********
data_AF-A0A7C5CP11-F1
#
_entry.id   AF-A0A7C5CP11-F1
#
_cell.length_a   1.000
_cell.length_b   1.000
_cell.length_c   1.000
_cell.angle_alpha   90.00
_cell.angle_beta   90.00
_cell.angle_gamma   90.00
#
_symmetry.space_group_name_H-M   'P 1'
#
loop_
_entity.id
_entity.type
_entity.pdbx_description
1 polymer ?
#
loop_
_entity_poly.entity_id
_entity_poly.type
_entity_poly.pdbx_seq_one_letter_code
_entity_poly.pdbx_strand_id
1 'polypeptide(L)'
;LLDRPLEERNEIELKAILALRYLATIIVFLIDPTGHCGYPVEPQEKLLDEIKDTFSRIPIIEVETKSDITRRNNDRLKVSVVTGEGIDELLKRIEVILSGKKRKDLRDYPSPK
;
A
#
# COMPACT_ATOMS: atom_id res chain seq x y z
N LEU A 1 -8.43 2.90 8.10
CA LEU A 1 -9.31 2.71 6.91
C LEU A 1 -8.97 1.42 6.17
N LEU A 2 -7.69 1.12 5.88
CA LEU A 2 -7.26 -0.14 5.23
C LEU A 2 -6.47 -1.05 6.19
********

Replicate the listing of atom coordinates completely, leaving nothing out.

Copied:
data_AF-A0A7C5CP11-F1
#
_entry.id   AF-A0A7C5CP11-F1
#
_cell.length_a   1.000
_cell.length_b   1.000
_cell.length_c   1.000
_cell.angle_alpha   90.00
_cell.angle_beta   90.00
_cell.angle_gamma   90.00
#
_symmetry.space_group_name_H-M   'P 1'
#
loop_
_entity.id
_entity.type
_entity.pdbx_description
1 polymer ?
#
loop_
_entity_poly.entity_id
_entity_poly.type
_entity_poly.pdbx_seq_one_letter_code
_entity_poly.pdbx_strand_id
1 'polypeptide(L)'
;LLDRPLEERNEIELKAILALRYLATIIVFLIDPTGHCGYPVEPQEKLLDEIKDTFSRIPIIEVETKSDITRRNNDRLKVSVVTGEGIDELLKRIEVILSGKKRKDLRDYPSPK
;
A
#
# COMPACT_ATOMS: atom_id res chain seq x y z
N LEU A 1 -8.43 2.90 8.10
CA LEU A 1 -9.31 2.71 6.91
C LEU A 1 -8.97 1.42 6.17
N LEU A 2 -7.69 1.12 5.88
CA LEU A 2 -7.26 -0.14 5.23
C LEU A 2 -6.47 -1.05 6.19